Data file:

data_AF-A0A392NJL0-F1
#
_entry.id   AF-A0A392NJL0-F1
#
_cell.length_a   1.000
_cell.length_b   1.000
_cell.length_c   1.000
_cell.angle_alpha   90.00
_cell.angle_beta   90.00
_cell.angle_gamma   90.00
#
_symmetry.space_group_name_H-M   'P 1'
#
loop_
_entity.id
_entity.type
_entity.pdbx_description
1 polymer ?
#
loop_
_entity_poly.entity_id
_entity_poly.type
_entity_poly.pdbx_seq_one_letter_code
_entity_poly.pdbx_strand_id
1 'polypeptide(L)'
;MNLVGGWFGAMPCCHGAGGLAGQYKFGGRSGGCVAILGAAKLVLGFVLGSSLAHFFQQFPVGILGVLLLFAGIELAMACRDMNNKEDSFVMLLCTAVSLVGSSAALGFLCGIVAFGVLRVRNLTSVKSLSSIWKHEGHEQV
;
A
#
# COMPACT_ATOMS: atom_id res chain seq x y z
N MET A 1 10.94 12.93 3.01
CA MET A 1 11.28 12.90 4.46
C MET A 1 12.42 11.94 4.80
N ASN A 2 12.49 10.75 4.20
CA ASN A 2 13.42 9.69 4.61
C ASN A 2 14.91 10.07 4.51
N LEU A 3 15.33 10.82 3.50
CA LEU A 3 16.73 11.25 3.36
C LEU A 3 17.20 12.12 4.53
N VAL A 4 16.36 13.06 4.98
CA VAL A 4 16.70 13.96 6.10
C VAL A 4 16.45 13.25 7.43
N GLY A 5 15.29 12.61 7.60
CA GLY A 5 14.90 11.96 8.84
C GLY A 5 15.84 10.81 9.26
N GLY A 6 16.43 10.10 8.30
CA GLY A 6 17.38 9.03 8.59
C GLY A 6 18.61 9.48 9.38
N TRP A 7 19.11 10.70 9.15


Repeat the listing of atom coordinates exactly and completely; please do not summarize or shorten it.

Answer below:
data_AF-A0A392NJL0-F1
#
_entry.id   AF-A0A392NJL0-F1
#
_cell.length_a   1.000
_cell.length_b   1.000
_cell.length_c   1.000
_cell.angle_alpha   90.00
_cell.angle_beta   90.00
_cell.angle_gamma   90.00
#
_symmetry.space_group_name_H-M   'P 1'
#
loop_
_entity.id
_entity.type
_entity.pdbx_description
1 polymer ?
#
loop_
_entity_poly.entity_id
_entity_poly.type
_entity_poly.pdbx_seq_one_letter_code
_entity_poly.pdbx_strand_id
1 'polypeptide(L)'
;MNLVGGWFGAMPCCHGAGGLAGQYKFGGRSGGCVAILGAAKLVLGFVLGSSLAHFFQQFPVGILGVLLLFAGIELAMACRDMNNKEDSFVMLLCTAVSLVGSSAALGFLCGIVAFGVLRVRNLTSVKSLSSIWKHEGHEQV
;
A
#
# COMPACT_ATOMS: atom_id res chain seq x y z
N MET A 1 10.94 12.93 3.01
CA MET A 1 11.28 12.90 4.46
C MET A 1 12.42 11.94 4.80
N ASN A 2 12.49 10.75 4.20
CA ASN A 2 13.42 9.69 4.61
C ASN A 2 14.91 10.07 4.51
N LEU A 3 15.33 10.82 3.50
CA LEU A 3 16.73 11.25 3.36
C LEU A 3 17.20 12.12 4.53
N VAL A 4 16.36 13.06 4.98
CA VAL A 4 16.70 13.96 6.10
C VAL A 4 16.45 13.25 7.43
N GLY A 5 15.29 12.61 7.60
CA GLY A 5 14.90 11.96 8.84
C GLY A 5 15.84 10.81 9.26
N GLY A 6 16.43 10.10 8.30
CA GLY A 6 17.38 9.03 8.59
C GLY A 6 18.61 9.48 9.38
N TRP A 7 19.11 10.70 9.15